Samsung Alleges "Juror Misconduct," Asks Judge to Throw Out Apple Patent Verdict

The Citizen's Guide to the Future
Sept. 26 2012 4:38 PM

Samsung Alleges "Juror Misconduct," Asks Judge To Throw Out Apple Patent Verdict

Samsung Galaxy and Apple iPhone
Samsung is apparently upset that a juror used his outside patent-law experience to sway the verdict in its patent trial against Apple.

Photo by Damien Meyer/AFP/Getty Images

From the department of unsurprising news: Samsung is asking a judge to throw out the verdict in the Apple v. Samsung patent trial on the grounds of juror misconduct. Exactly what misconduct Samsung is alleging is unclear, because two pages of a key brief were redacted, according to CNET. But it’s a good bet that Velvin Hogan is involved somehow—especially since a related Samsung brief includes a transcript of the judge asking Hogan if he could apply the law as instructed “and not based on your understanding of the law based on your own cases.”

Will Oremus Will Oremus

Will Oremus is Slate's senior technology writer.

Who is Velvin Hogan? Well, in short, he’s the guy who used his understanding of the law based on his own cases to persuade his fellow jurors to hand Apple a billion-dollar victory in the trial. An electrical engineer who holds patents himself, Hogan acted as the jury’s foreman and essentially steered it toward its eventual decision, according to post-trial interviews that he and other jurors gave to various media outlets. For instance, he told Bloomberg TV how he broke an early stalemate among the jurors:

When I was at home thinking about that patent claim by claim, limit by limit, I had what we’d call an “aha!” moment. And I suddenly decided that I could defend this if it was my patent. And with that, I took that story back to the jury, laid it out for ‘em, they understood the points that I was talking about, and then we meticulously went patent by patent, claim by claim against the test that the judge had given us…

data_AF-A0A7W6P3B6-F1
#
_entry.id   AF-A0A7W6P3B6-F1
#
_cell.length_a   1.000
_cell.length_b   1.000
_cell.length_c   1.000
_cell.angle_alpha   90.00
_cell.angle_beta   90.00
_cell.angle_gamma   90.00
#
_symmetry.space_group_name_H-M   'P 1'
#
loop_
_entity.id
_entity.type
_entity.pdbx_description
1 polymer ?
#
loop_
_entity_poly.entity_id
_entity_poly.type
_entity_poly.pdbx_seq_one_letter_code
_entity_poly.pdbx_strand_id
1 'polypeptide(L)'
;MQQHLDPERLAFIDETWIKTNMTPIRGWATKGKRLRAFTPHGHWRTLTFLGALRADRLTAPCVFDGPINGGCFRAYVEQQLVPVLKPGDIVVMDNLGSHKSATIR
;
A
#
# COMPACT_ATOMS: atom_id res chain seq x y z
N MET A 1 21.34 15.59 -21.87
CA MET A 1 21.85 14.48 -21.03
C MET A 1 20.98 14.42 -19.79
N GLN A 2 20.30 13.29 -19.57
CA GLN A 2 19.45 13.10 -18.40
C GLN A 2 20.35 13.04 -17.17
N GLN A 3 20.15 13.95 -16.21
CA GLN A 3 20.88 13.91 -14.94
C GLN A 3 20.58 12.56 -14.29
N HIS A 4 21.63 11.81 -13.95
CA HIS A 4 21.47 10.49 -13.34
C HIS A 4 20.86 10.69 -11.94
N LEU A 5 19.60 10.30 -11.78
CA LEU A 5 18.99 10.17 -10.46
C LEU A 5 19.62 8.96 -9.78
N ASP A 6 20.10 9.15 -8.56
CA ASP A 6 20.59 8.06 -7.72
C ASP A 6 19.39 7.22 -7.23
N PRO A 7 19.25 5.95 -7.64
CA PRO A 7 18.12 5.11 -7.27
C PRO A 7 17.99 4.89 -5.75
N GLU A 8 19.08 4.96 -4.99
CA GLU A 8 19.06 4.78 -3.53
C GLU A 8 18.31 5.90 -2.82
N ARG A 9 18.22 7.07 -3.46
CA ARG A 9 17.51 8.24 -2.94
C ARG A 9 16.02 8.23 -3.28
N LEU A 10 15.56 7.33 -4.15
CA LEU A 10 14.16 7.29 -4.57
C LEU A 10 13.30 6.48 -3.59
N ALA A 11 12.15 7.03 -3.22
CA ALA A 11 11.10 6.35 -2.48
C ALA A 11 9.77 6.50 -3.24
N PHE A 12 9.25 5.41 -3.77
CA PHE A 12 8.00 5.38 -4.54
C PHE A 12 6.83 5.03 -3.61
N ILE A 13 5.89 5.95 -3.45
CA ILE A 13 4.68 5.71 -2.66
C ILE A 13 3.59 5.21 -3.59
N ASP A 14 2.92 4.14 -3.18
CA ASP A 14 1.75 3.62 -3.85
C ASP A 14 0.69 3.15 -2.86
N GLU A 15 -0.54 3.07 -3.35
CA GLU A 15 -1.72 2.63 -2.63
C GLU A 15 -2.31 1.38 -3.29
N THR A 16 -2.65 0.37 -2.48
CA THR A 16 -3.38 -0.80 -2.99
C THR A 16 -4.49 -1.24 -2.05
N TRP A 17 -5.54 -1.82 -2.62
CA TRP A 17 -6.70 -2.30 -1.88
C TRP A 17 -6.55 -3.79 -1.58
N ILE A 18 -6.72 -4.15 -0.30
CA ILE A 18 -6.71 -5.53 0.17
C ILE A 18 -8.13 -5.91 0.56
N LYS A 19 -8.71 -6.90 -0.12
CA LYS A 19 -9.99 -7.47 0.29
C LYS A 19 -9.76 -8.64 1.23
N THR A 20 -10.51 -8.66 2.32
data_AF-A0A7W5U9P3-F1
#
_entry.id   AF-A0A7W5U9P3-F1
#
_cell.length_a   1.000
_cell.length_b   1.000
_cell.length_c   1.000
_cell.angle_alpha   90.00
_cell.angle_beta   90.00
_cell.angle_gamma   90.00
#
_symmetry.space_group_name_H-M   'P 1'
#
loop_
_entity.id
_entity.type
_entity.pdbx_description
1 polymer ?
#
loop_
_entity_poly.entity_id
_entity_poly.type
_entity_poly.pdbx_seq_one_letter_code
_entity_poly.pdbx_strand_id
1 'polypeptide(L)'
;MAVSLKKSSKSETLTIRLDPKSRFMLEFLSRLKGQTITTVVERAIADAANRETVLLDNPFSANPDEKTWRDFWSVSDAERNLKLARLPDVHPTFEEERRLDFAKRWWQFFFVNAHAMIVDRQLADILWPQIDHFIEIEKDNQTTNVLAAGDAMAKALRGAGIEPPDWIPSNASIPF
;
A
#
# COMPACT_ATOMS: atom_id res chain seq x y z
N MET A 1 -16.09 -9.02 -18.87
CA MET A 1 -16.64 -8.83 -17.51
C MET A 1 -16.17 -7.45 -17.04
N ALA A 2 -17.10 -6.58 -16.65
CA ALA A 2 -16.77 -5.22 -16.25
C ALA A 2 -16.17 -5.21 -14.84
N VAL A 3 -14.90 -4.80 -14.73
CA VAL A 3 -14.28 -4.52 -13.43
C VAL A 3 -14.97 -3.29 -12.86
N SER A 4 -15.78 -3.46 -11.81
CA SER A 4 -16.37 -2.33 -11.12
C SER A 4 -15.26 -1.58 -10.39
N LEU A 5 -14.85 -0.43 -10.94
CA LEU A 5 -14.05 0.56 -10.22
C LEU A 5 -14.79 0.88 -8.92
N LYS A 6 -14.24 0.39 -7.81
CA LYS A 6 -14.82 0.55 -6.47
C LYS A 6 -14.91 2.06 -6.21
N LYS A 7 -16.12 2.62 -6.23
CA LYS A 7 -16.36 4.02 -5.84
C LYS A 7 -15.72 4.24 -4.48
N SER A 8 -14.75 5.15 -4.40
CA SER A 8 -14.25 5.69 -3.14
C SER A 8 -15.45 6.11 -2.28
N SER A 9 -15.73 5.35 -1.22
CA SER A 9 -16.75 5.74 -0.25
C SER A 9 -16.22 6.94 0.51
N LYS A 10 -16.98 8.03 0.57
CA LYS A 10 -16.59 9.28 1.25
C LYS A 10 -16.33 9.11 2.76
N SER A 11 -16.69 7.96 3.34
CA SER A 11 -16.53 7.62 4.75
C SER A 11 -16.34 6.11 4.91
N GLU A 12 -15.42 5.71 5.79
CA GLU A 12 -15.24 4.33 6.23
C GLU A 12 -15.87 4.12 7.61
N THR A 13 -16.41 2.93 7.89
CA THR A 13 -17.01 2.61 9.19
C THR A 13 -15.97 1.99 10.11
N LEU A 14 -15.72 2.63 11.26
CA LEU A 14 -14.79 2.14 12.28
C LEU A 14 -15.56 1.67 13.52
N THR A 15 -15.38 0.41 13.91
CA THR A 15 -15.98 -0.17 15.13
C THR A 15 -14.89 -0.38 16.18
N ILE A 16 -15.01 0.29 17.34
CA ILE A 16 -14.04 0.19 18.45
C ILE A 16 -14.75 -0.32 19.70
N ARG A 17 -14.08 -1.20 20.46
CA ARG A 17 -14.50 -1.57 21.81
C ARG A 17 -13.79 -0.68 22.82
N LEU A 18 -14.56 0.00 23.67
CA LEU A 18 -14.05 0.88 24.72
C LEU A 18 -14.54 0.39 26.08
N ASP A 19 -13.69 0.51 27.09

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… And awarded Apple a billion bucks. Whether this legally constitutes juror misconduct remains to be determined. Santa Clara law professor Brian Love told CNET he thinks it will be tough to prove. “You're looking for material or something else coming in that wasn't introduced at trial, a juror reading reports about the case and they're being influenced by outside forces,” he said.

Ars Technica reports that Apple responded to the brief Tuesday night with its own filing accusing its rival of “continuing the attack on the jury and the jury process that Samsung has waged in the press worldwide… .” Apple labeled Samsung’s claims “baseless” and “frivolous,” which is lawyer-speak for “We disagree.”

I noted on the trial’s first day that it’s a little absurd to ask a jury of Joes off the street to sift through and adjudicate all the competing claims in a sprawling tech-patent trial. Of course, Samsung knew that from the start just as well as Apple did, and it accepted the risk of a jury trial rather than settle out of court.

I’m not a lawyer, so I have no idea how Samsung’s juror misconduct claim will play out in court. But from a common-sense perspective, it’s hard to say what’s worse: a jury deciding a billion-dollar case on the basis of one juror’s personal prior experience with patent law, or a jury deciding a billion-dollar case on the basis of no prior experience with patent law whatsoever.

Future Tense is a partnership of SlateNew America, and Arizona State University.

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